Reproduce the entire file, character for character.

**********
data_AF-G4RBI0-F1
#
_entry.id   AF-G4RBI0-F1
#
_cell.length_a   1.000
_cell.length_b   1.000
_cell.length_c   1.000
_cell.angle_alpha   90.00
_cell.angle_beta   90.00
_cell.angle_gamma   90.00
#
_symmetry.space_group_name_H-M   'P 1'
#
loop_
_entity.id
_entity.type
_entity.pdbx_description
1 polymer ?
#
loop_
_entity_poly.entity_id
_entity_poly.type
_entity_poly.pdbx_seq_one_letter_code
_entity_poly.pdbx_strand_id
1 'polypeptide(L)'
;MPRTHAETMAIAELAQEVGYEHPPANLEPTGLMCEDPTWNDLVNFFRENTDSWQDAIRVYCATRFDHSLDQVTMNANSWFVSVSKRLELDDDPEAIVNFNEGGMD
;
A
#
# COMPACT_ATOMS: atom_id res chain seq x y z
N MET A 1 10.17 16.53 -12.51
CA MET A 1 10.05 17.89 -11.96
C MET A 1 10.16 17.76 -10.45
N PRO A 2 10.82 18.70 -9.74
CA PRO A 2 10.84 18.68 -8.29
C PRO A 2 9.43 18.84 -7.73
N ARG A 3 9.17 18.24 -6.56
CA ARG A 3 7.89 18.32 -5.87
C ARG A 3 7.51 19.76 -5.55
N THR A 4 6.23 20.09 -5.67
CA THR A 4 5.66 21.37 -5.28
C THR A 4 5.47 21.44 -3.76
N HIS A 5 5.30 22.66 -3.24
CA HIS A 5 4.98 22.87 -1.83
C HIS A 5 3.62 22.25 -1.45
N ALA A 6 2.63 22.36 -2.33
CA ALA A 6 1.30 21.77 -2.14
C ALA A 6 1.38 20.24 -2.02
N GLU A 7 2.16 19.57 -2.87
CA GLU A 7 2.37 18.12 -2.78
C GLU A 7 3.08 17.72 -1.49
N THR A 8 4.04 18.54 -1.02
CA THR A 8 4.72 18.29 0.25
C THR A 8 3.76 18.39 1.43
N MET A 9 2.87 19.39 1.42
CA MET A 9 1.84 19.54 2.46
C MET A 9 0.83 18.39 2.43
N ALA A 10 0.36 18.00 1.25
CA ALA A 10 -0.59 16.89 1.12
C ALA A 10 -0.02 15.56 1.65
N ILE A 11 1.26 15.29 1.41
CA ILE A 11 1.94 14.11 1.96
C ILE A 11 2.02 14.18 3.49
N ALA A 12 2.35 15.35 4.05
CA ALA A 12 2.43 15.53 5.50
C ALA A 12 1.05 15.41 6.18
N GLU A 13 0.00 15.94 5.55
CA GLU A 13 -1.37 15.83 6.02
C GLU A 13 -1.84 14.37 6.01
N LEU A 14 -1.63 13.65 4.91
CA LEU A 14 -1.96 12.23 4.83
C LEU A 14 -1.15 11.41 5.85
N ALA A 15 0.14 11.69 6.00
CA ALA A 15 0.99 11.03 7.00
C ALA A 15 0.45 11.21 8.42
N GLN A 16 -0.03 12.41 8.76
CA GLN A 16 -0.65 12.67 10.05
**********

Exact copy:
data_AF-G4RBI0-F1
#
_entry.id   AF-G4RBI0-F1
#
_cell.length_a   1.000
_cell.length_b   1.000
_cell.length_c   1.000
_cell.angle_alpha   90.00
_cell.angle_beta   90.00
_cell.angle_gamma   90.00
#
_symmetry.space_group_name_H-M   'P 1'
#
loop_
_entity.id
_entity.type
_entity.pdbx_description
1 polymer ?
#
loop_
_entity_poly.entity_id
_entity_poly.type
_entity_poly.pdbx_seq_one_letter_code
_entity_poly.pdbx_strand_id
1 'polypeptide(L)'
;MPRTHAETMAIAELAQEVGYEHPPANLEPTGLMCEDPTWNDLVNFFRENTDSWQDAIRVYCATRFDHSLDQVTMNANSWFVSVSKRLELDDDPEAIVNFNEGGMD
;
A
#
# COMPACT_ATOMS: atom_id res chain seq x y z
N MET A 1 10.17 16.53 -12.51
CA MET A 1 10.05 17.89 -11.96
C MET A 1 10.16 17.76 -10.45
N PRO A 2 10.82 18.70 -9.74
CA PRO A 2 10.84 18.68 -8.29
C PRO A 2 9.43 18.84 -7.73
N ARG A 3 9.17 18.24 -6.56
CA ARG A 3 7.89 18.32 -5.87
C ARG A 3 7.51 19.76 -5.55
N THR A 4 6.23 20.09 -5.67
CA THR A 4 5.66 21.37 -5.28
C THR A 4 5.47 21.44 -3.76
N HIS A 5 5.30 22.66 -3.24
CA HIS A 5 4.98 22.87 -1.83
C HIS A 5 3.62 22.25 -1.45
N ALA A 6 2.63 22.36 -2.33
CA ALA A 6 1.30 21.77 -2.14
C ALA A 6 1.38 20.24 -2.02
N GLU A 7 2.16 19.57 -2.87
CA GLU A 7 2.37 18.12 -2.78
C GLU A 7 3.08 17.72 -1.49
N THR A 8 4.04 18.54 -1.02
CA THR A 8 4.72 18.29 0.25
C THR A 8 3.76 18.39 1.43
N MET A 9 2.87 19.39 1.42
CA MET A 9 1.84 19.54 2.46
C MET A 9 0.83 18.39 2.43
N ALA A 10 0.36 18.00 1.25
CA ALA A 10 -0.59 16.89 1.12
C ALA A 10 -0.02 15.56 1.65
N ILE A 11 1.26 15.29 1.41
CA ILE A 11 1.94 14.11 1.96
C ILE A 11 2.02 14.18 3.49
N ALA A 12 2.35 15.35 4.05
CA ALA A 12 2.43 15.53 5.50
C ALA A 12 1.05 15.41 6.18
N GLU A 13 0.00 15.94 5.55
CA GLU A 13 -1.37 15.83 6.02
C GLU A 13 -1.84 14.37 6.01
N LEU A 14 -1.63 13.65 4.91
CA LEU A 14 -1.96 12.23 4.83
C LEU A 14 -1.15 11.41 5.85
N ALA A 15 0.14 11.69 6.00
CA ALA A 15 0.99 11.03 7.00
C ALA A 15 0.45 11.21 8.42
N GLN A 16 -0.03 12.41 8.76
CA GLN A 16 -0.65 12.67 10.05